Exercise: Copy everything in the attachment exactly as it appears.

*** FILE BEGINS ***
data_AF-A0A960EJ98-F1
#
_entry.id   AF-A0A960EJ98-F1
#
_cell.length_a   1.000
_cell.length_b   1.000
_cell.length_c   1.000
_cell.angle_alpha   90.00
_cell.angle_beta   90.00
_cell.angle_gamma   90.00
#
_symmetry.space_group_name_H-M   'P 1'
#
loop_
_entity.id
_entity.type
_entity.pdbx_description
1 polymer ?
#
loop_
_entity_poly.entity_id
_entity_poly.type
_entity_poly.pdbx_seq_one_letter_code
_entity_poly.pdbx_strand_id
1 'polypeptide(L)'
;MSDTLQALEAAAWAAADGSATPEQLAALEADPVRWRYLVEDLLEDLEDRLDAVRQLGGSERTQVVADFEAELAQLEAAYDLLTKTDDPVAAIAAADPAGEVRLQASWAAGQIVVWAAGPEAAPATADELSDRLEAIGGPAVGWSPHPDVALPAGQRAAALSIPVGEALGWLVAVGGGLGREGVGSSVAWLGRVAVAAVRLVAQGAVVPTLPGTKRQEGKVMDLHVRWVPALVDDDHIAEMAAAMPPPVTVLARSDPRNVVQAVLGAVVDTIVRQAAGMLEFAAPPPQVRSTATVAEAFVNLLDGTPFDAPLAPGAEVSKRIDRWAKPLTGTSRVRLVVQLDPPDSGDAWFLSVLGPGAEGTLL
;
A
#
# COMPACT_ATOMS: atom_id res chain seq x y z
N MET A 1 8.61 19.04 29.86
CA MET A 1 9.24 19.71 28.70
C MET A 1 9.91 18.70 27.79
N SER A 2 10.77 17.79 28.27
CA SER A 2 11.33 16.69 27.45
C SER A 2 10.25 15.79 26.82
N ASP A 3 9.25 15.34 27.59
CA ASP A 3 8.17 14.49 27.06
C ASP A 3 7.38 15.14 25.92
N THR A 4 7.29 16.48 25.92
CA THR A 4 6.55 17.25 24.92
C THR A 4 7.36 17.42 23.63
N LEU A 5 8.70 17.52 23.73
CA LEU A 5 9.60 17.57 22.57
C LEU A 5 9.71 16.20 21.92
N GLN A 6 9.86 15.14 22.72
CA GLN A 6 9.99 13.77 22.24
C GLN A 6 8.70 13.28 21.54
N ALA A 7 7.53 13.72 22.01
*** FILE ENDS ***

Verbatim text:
data_AF-A0A960EJ98-F1
#
_entry.id   AF-A0A960EJ98-F1
#
_cell.length_a   1.000
_cell.length_b   1.000
_cell.length_c   1.000
_cell.angle_alpha   90.00
_cell.angle_beta   90.00
_cell.angle_gamma   90.00
#
_symmetry.space_group_name_H-M   'P 1'
#
loop_
_entity.id
_entity.type
_entity.pdbx_description
1 polymer ?
#
loop_
_entity_poly.entity_id
_entity_poly.type
_entity_poly.pdbx_seq_one_letter_code
_entity_poly.pdbx_strand_id
1 'polypeptide(L)'
;MSDTLQALEAAAWAAADGSATPEQLAALEADPVRWRYLVEDLLEDLEDRLDAVRQLGGSERTQVVADFEAELAQLEAAYDLLTKTDDPVAAIAAADPAGEVRLQASWAAGQIVVWAAGPEAAPATADELSDRLEAIGGPAVGWSPHPDVALPAGQRAAALSIPVGEALGWLVAVGGGLGREGVGSSVAWLGRVAVAAVRLVAQGAVVPTLPGTKRQEGKVMDLHVRWVPALVDDDHIAEMAAAMPPPVTVLARSDPRNVVQAVLGAVVDTIVRQAAGMLEFAAPPPQVRSTATVAEAFVNLLDGTPFDAPLAPGAEVSKRIDRWAKPLTGTSRVRLVVQLDPPDSGDAWFLSVLGPGAEGTLL
;
A
#
# COMPACT_ATOMS: atom_id res chain seq x y z
N MET A 1 8.61 19.04 29.86
CA MET A 1 9.24 19.71 28.70
C MET A 1 9.91 18.70 27.79
N SER A 2 10.77 17.79 28.27
CA SER A 2 11.33 16.69 27.45
C SER A 2 10.25 15.79 26.82
N ASP A 3 9.25 15.34 27.59
CA ASP A 3 8.17 14.49 27.06
C ASP A 3 7.38 15.14 25.92
N THR A 4 7.29 16.48 25.92
CA THR A 4 6.55 17.25 24.92
C THR A 4 7.36 17.42 23.63
N LEU A 5 8.70 17.52 23.73
CA LEU A 5 9.60 17.57 22.57
C LEU A 5 9.71 16.20 21.92
N GLN A 6 9.86 15.14 22.72
CA GLN A 6 9.99 13.77 22.24
C GLN A 6 8.70 13.28 21.54
N ALA A 7 7.53 13.72 22.01